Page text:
As their language skills and comprehension improve, toddlers start responding to verbal humor, such as rhymes, songs, and nonsense words that just sound funny ("App-oos and banoo-noos, anyone?"). "A child has to know the correct name for an object before he'll laugh at a mispronunciation," says Dr. O'Brien. Your child may also find it funny when you mislabel things, such as calling a shoe a shirt or your dog by the fish's name. Look for ways to inject humor into your child's activities. When you're chanting "ring-around-a-rosy," try changing the last line to "we all bark like dogs." But there's no need to turn into your toddler's personal jester. He'll also find humor in books with silly drawings (such as those by Dr. Seuss and Sandra Boynton) and in listening to tunes from kid groups like Ralph's World and Milkshake.

Next: Be Silly

Be Silly

Your 1-year-old will develop an appreciation for physical humor, so take advantage: Put a banana up to your ear like a telephone, try to take a bite out of a ball, or pretend to drink from her bottle or sippy cup. She'll know what these objects are really for, so she'll be in on the joke. You can also "fall asleep" while playing with your child. When she taps you and you "wake up" startled, she'll be in stitches.

Next: Get Physical

Get Physical

Mom and toddler playing together

Shannon Greer

Horseplay is a surefire way to generate giggles. Toddlers always laugh when you bring the "tickle monster" out to play. The mere sight of your wiggling fingers may get your little one going. "Your toddler thinks to himself, 'We've played this game before, and I had fun.' He's learned to anticipate the pleasure," says Dr. Goodwyn. But vary your repertoire. Pant on all fours like a dog. Tumble over when he pushes you. Or pretend he's too heavy to pick up. The goofier you act, the more your child will love it.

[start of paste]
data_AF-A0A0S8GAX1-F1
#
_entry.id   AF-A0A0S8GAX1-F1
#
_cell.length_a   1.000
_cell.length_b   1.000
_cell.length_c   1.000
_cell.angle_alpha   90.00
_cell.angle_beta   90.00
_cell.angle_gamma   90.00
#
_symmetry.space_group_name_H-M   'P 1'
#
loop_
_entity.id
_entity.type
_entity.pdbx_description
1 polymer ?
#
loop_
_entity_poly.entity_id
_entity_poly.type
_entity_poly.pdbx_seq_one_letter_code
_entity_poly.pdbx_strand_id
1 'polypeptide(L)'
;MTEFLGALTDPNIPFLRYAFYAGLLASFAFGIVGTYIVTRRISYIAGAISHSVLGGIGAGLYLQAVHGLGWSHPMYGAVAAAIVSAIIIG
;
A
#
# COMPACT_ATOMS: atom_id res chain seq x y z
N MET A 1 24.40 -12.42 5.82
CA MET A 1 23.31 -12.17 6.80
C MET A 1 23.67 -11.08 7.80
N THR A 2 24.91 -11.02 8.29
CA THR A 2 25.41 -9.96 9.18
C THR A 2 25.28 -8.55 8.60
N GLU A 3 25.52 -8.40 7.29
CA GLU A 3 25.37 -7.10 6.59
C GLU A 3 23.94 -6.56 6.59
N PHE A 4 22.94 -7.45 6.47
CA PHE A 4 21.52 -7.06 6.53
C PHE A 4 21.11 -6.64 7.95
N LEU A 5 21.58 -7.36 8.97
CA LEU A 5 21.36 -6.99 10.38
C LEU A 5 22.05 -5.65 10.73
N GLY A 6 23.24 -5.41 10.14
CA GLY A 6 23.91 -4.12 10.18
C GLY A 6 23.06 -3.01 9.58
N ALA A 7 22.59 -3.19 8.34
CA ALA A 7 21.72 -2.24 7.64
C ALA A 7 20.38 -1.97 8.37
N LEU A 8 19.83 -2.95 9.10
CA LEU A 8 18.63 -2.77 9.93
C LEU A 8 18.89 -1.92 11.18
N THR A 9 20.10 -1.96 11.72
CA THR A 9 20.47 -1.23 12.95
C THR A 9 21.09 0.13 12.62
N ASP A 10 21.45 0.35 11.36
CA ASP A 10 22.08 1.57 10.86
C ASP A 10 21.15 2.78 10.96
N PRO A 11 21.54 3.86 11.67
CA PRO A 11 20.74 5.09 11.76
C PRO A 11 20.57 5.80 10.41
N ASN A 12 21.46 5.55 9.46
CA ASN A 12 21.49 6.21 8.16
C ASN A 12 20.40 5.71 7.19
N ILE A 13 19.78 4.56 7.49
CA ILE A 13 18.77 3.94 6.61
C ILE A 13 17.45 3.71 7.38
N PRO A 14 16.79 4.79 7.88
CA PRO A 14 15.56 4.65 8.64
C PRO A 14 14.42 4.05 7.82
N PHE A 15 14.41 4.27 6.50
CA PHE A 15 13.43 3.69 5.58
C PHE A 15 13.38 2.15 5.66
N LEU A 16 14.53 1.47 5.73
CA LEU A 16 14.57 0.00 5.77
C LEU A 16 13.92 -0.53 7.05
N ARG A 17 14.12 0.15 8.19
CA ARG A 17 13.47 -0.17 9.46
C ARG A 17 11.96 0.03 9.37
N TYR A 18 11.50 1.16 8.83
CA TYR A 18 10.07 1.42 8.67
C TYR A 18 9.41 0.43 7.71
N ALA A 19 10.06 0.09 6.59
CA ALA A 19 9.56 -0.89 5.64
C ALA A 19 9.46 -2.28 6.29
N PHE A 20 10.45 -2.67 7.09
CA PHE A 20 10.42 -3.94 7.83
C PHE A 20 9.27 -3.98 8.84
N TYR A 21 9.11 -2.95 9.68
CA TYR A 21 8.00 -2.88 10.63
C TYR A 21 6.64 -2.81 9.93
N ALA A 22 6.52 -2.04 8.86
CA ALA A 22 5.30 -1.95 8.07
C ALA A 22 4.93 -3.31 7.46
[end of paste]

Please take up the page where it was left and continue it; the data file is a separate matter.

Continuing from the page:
Mom-Tested Tricks

My daughter can't resist fake sneezes. The louder they are, the more she laughs.
Jennifer Thomas; Cape Coral, Florida

My husband crawls up behind our son and says, "I'm gonna get you!" Brycen laughs so hard he gets tears in his eyes.
Becky Chandler; Aiken, South Carolina

Sebastian thinks it's a riot when I do sit-ups in front of him.
Marina Pronina; West Lafayette, Indiana

Christopher's daddy swings him back and forth saying "tick-tock, tick-tock." Then, when the "alarm" goes off, he tickles him. That move can turn tears into howls of laughter in no time.
Jennifer Hetrick; North Wales, Pennsylvania

I drop to all fours and roar like a dinosaur. It never fails to make my son squeal with delight.
Thaddeus Rex; Chicago

Laugh-Out-Loud Toys

Toddlers like toys that giggle along with them or surprise them with lights, sights, and sounds, like these.

  • The Shake, Giggle, and Roll Ball combines silly music, wacky sounds, and a whole lot of contagious canned laughter. ($15; fisher-price.com)
  • Everything your toddler touches on the Learn & Groove Musical Table makes some noise -- from a banjo-playing frog to a book that sings the ABCs and teaches colors and shapes. ($40; leapfrog.com)
  • When your child tickles T.M.X. Elmo, the lovable red furry monster slaps his knee, falls to the ground, and cackles hysterically. ($40; fisher-price.com)

Copyright © 2007. Reprinted with permission from the July 2007 issue of Parents magazine.